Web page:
Fissures on the Moon

Fissures and associated pit-chains on Aitken crater floor. LROC NAC M128148929L, image width is 580 m [NASA/GSFC/Arizona State University].

Aitken crater (16.8°S, 173.4°E) is a 135 km diameter crater located very near the center of the farside. Its floor is covered by low-reflectance materials, most likely post-impact lava flows. The eastern edge of the floor is disrupted by an irregular shaped wrinkle ridge that extends in a north-south direction.

Today's Featured Image is about 3.5 km west of the ridges. Here there are parallel linear fissures aligned in NW to SE direction. Pit-chains are located along the fissures, which are likely caused by mass wasting into the subsurface void space.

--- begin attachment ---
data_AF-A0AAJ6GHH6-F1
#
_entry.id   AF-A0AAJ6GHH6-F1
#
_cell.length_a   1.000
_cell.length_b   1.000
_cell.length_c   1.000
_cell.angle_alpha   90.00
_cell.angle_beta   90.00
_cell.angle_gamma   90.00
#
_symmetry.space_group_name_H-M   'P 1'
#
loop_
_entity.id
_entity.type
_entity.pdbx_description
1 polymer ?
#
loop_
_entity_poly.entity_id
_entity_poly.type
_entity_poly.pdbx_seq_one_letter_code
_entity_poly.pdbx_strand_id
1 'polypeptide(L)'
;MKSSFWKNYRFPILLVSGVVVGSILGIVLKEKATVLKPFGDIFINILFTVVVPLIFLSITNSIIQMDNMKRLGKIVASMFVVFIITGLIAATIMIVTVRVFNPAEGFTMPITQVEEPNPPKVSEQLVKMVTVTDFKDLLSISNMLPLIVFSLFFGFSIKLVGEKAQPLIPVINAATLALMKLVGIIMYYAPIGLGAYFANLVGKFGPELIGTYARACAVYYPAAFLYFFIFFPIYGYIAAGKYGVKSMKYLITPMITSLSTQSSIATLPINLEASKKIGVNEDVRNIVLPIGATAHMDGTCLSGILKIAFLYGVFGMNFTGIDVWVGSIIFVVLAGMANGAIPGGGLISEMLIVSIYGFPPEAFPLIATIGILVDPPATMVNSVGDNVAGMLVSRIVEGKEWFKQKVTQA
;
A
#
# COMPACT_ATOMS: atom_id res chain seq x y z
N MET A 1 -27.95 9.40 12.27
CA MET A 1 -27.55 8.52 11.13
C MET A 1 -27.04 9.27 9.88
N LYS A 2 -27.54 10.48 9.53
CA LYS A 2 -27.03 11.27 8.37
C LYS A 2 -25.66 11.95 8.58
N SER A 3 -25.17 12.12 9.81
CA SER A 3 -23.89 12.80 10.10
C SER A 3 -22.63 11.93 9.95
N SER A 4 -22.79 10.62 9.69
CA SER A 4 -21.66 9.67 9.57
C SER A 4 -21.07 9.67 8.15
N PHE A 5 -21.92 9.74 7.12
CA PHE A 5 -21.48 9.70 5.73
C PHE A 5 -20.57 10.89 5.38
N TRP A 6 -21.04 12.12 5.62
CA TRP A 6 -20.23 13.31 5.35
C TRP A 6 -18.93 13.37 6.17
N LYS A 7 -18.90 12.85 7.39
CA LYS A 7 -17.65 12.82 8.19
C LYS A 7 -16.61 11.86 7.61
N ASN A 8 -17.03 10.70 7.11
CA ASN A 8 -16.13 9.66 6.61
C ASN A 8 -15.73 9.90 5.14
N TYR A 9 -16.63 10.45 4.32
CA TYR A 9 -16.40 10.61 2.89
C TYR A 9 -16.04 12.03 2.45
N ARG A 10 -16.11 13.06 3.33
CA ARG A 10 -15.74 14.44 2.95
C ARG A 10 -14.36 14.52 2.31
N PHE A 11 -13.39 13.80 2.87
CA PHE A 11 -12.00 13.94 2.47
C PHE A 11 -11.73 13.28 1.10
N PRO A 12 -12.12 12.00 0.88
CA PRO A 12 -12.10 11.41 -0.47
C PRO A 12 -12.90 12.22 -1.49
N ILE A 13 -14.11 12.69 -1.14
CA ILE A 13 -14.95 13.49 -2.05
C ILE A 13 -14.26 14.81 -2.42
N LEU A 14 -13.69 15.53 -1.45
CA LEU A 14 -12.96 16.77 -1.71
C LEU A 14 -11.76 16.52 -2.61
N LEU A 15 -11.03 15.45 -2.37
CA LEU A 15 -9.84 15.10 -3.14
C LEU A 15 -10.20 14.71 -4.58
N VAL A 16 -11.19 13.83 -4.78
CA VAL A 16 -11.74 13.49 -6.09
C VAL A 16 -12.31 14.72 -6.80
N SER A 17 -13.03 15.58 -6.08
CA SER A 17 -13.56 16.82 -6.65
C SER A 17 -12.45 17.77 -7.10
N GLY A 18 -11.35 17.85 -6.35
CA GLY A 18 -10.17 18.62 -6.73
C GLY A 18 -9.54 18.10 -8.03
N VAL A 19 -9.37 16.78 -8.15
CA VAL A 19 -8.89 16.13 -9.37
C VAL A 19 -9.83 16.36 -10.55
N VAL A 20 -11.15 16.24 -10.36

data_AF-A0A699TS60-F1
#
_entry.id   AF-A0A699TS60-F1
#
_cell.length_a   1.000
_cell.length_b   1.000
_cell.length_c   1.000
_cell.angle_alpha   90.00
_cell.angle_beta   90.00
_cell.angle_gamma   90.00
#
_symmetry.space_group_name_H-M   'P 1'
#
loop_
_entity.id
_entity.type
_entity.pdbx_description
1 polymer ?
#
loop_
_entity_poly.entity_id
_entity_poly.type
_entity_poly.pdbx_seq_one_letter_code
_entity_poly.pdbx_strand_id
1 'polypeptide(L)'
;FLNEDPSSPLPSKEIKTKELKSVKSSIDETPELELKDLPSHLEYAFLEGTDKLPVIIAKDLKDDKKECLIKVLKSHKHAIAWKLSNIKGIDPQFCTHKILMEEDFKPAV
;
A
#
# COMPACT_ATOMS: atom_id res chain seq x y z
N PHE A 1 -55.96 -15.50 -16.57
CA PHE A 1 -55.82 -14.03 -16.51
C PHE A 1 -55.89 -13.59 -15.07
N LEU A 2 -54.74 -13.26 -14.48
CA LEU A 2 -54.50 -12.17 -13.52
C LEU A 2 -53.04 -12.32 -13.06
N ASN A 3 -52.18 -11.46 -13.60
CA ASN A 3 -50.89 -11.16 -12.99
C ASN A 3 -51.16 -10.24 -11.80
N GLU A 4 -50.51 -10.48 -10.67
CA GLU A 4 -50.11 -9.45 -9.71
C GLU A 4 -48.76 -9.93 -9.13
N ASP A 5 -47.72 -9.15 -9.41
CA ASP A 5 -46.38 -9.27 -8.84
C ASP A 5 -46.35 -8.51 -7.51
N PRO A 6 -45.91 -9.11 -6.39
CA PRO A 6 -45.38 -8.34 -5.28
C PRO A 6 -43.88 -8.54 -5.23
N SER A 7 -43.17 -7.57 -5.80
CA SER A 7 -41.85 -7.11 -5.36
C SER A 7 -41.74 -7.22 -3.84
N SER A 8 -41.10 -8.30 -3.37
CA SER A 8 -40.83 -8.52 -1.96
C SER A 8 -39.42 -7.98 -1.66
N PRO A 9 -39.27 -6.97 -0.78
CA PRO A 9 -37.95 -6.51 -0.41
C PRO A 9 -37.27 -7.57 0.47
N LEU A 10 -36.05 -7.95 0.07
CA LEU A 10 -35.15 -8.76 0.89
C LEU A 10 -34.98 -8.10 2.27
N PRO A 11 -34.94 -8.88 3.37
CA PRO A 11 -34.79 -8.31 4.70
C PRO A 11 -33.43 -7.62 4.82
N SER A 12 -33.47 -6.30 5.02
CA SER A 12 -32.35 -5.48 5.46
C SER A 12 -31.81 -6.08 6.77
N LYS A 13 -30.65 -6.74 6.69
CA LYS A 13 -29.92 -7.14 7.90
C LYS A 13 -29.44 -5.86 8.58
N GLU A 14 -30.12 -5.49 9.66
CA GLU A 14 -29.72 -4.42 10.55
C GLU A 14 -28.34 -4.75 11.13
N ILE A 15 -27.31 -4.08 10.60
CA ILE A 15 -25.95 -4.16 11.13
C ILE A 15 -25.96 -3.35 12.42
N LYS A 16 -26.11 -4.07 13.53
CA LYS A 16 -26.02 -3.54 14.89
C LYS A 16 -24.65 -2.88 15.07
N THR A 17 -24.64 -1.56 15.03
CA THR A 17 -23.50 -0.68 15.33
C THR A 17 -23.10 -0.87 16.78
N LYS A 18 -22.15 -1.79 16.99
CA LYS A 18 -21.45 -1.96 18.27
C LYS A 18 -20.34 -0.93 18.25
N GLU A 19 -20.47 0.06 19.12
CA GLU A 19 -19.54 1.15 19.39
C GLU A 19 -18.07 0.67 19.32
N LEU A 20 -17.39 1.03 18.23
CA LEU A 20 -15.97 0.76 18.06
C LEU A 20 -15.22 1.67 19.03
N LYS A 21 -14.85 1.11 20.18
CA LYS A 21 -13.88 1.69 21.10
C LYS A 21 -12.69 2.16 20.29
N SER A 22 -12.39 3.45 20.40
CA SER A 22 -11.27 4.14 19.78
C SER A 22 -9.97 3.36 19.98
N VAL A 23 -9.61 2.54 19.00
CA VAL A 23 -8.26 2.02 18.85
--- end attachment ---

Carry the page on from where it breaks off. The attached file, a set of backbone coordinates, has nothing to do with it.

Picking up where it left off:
The largest pit is in the center of the image and shows a relatively rough bottom compared to the surrounding smooth surface. One might expect a small pit like this to be quickly filled by debris from impacts and moonquakes. But this hole seems fresh, which implies a relatively young age.

LROC WAC monochrome mosaic of Aitken crater. Image center is latitude 16.26° S, longitude 173.91° E. The star and the blue rectangle indicate the locations of today's Featured Image and NAC footprint [NASA/GSFC/Arizona State University].

Explore these fissures and pits in full detail NAC frame yourself!

Related posts:
Extensional Fractures, Tectonics in Mare Frigoris, Stress and pull, Relative age relationships


Posted by Hiroyuki Sato on November 01, 2011 09:00 UTC.